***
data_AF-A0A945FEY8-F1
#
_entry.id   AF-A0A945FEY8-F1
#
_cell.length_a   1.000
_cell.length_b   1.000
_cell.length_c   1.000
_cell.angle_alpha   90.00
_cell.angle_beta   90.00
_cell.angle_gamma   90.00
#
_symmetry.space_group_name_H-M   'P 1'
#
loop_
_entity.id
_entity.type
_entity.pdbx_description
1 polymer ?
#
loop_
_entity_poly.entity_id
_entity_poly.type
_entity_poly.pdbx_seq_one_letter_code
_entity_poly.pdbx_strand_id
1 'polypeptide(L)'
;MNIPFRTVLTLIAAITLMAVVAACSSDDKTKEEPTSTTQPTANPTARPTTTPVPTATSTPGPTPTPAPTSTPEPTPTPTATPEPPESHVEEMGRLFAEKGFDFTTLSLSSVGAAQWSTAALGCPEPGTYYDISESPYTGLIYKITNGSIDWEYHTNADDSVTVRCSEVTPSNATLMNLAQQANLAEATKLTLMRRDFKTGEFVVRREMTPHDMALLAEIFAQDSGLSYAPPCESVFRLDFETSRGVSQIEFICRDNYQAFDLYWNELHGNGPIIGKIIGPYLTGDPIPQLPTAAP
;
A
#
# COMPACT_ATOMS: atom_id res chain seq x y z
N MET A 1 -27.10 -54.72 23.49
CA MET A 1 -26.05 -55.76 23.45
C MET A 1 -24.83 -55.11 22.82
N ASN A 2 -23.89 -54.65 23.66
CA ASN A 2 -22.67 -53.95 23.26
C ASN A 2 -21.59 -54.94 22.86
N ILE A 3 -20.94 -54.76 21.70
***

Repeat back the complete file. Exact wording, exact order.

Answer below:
data_AF-A0A945FEY8-F1
#
_entry.id   AF-A0A945FEY8-F1
#
_cell.length_a   1.000
_cell.length_b   1.000
_cell.length_c   1.000
_cell.angle_alpha   90.00
_cell.angle_beta   90.00
_cell.angle_gamma   90.00
#
_symmetry.space_group_name_H-M   'P 1'
#
loop_
_entity.id
_entity.type
_entity.pdbx_description
1 polymer ?
#
loop_
_entity_poly.entity_id
_entity_poly.type
_entity_poly.pdbx_seq_one_letter_code
_entity_poly.pdbx_strand_id
1 'polypeptide(L)'
;MNIPFRTVLTLIAAITLMAVVAACSSDDKTKEEPTSTTQPTANPTARPTTTPVPTATSTPGPTPTPAPTSTPEPTPTPTATPEPPESHVEEMGRLFAEKGFDFTTLSLSSVGAAQWSTAALGCPEPGTYYDISESPYTGLIYKITNGSIDWEYHTNADDSVTVRCSEVTPSNATLMNLAQQANLAEATKLTLMRRDFKTGEFVVRREMTPHDMALLAEIFAQDSGLSYAPPCESVFRLDFETSRGVSQIEFICRDNYQAFDLYWNELHGNGPIIGKIIGPYLTGDPIPQLPTAAP
;
A
#
# COMPACT_ATOMS: atom_id res chain seq x y z
N MET A 1 -27.10 -54.72 23.49
CA MET A 1 -26.05 -55.76 23.45
C MET A 1 -24.83 -55.11 22.82
N ASN A 2 -23.89 -54.65 23.66
CA ASN A 2 -22.67 -53.95 23.26
C ASN A 2 -21.59 -54.94 22.86
N ILE A 3 -20.94 -54.76 21.70